Food businesses welcome cut to COVID self-isolation period as industry still hit by absences
Fine food businesses have welcomed a plan to end COVID self-isolation rules altogether as staff shortages continue to plague the sector.
Ministers slashed the legal minimum stay-at-home stint to just five full days after a positive test from Monday 17th January, providing people return two consecutive negative tests.
Leading industry figures welcomed the move but urged the government to consider going further, allowing everyone to go to work even if they do have the virus.
Gabriel David, founder of drinks manufacturer Luscombe, said about one in 15 of his staff were isolating in mid-January and it was common to find himself and other managers abandoning their own work to fill gaps on the production line.
“We need two specialists milling and pressing the ginger for our ginger beer, so if one is off sick you have to pull a day’s production,” he added. “It has had an impact on fulfilment.”
David said the cut in the minimum isolation period was positive but relied on free lateral flow tests remaining available to all businesses until all stay-at-home rules were dropped.
“In a couple of weeks, if the data is good, let’s remove isolation,” he added. “If Omicron is weaker, let it infect people and build up immunity so we can get back to normality.”
Emma Macdonald, founder of Devon-based condiment producer The Bay Tree, had one member of staff isolating when FFD spoke to her, and another needing time off because family members had COVID-19. She said the situation had sparked anxiety in the team and increased workloads.
“I have about 18-20 members on my production team and if three or four are knocked out by isolation we can’t run the line,” she said.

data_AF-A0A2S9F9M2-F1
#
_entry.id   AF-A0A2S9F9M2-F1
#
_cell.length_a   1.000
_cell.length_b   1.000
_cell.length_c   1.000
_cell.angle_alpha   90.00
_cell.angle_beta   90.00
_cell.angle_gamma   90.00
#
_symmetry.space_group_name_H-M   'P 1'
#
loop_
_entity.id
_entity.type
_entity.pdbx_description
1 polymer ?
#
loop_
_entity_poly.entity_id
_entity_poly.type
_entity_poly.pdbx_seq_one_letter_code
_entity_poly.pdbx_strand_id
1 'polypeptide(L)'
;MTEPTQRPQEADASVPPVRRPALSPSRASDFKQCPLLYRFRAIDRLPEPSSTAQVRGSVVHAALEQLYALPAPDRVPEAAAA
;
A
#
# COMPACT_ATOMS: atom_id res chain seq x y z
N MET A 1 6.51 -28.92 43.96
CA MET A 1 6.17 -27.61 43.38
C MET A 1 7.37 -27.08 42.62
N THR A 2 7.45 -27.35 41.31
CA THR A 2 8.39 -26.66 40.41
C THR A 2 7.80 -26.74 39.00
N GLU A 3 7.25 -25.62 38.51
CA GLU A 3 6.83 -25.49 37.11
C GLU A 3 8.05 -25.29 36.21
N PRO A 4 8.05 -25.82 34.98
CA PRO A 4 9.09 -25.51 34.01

Macdonald said the cut to a minimum isolation period of five days relied on “free, available lateral flow tests” and a longer-term view to “start to ease away from isolation entirely” later this year.
Paul Hargreaves, chief executive at Cotswold Fayre, backed the latest easing of isolation rules, pointing out that the wholesale distributor had nine people isolating on one day in early January.
“We worked a full Saturday, which is very unusual at that time of year, just to catch up from the week,” he said.
“Suppliers are also saying they have problems; if their ratios are the same as ours then they have people off who would be making products.
“Everything is taking at least a week longer to get to us, and that is a big hit in what we can supply retailers with. Our fulfilment rates are about 10% below what they should be, which is highly frustrating.”
When do staff have to stay at home?
In England, people have to self-isolate immediately from when they receive a positive test result for at least the following five full days.
Once five full days elapse, and two consecutive days of negative lateral flow test results are recorded from day five onwards, isolation can end. After 10 full days isolation can end without a negative test result unless non-cough symptoms remain.
Anyone experiencing one of the trigger symptoms of a new continuous cough, a high temperature or a change in their sense of taste or smell must also start their self-isolation period, which can end when they receive a negative PCR result or fulfil the criteria above.
Anyone told to self-isolate by NHS Test and Trace, most likely because they have not received their full pre-booster allocation of the approved Covid-19 vaccines and have come into close contact with a confirmed case of the virus, also has to isolate.
In Scotland, Wales and Northern Ireland people must self-isolate for at least seven days as soon as trigger symptoms develop or they test positive. Again, consecutive days of negative lateral flow test results are required to release people at this point.
There are extra testing and isolation requirements for travelling across borders and other situations. For full legal requirements see government websites.